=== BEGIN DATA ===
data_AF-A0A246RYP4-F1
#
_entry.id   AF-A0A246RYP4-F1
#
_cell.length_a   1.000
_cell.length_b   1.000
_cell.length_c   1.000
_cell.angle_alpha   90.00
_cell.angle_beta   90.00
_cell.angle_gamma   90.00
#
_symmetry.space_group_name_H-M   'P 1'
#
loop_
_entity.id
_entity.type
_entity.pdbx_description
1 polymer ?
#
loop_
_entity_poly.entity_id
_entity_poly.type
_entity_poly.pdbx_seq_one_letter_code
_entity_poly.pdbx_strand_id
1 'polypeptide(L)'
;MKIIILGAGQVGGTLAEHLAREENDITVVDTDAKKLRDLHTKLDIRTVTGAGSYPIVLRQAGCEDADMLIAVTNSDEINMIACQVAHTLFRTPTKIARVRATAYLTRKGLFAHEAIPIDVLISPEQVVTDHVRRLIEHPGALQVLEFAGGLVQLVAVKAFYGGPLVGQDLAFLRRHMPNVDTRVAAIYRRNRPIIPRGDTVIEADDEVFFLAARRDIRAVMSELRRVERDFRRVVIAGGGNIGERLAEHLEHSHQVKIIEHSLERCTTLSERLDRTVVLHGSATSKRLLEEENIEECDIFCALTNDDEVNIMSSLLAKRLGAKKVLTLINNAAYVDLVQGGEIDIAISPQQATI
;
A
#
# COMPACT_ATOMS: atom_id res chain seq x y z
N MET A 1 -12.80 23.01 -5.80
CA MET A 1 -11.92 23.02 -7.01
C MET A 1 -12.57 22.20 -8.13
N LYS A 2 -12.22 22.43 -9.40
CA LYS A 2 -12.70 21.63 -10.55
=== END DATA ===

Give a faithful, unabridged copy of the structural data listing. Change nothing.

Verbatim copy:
data_AF-A0A246RYP4-F1
#
_entry.id   AF-A0A246RYP4-F1
#
_cell.length_a   1.000
_cell.length_b   1.000
_cell.length_c   1.000
_cell.angle_alpha   90.00
_cell.angle_beta   90.00
_cell.angle_gamma   90.00
#
_symmetry.space_group_name_H-M   'P 1'
#
loop_
_entity.id
_entity.type
_entity.pdbx_description
1 polymer ?
#
loop_
_entity_poly.entity_id
_entity_poly.type
_entity_poly.pdbx_seq_one_letter_code
_entity_poly.pdbx_strand_id
1 'polypeptide(L)'
;MKIIILGAGQVGGTLAEHLAREENDITVVDTDAKKLRDLHTKLDIRTVTGAGSYPIVLRQAGCEDADMLIAVTNSDEINMIACQVAHTLFRTPTKIARVRATAYLTRKGLFAHEAIPIDVLISPEQVVTDHVRRLIEHPGALQVLEFAGGLVQLVAVKAFYGGPLVGQDLAFLRRHMPNVDTRVAAIYRRNRPIIPRGDTVIEADDEVFFLAARRDIRAVMSELRRVERDFRRVVIAGGGNIGERLAEHLEHSHQVKIIEHSLERCTTLSERLDRTVVLHGSATSKRLLEEENIEECDIFCALTNDDEVNIMSSLLAKRLGAKKVLTLINNAAYVDLVQGGEIDIAISPQQATI
;
A
#
# COMPACT_ATOMS: atom_id res chain seq x y z
N MET A 1 -12.80 23.01 -5.80
CA MET A 1 -11.92 23.02 -7.01
C MET A 1 -12.57 22.20 -8.13
N LYS A 2 -12.22 22.43 -9.40
CA LYS A 2 -12.70 21.63 -10.55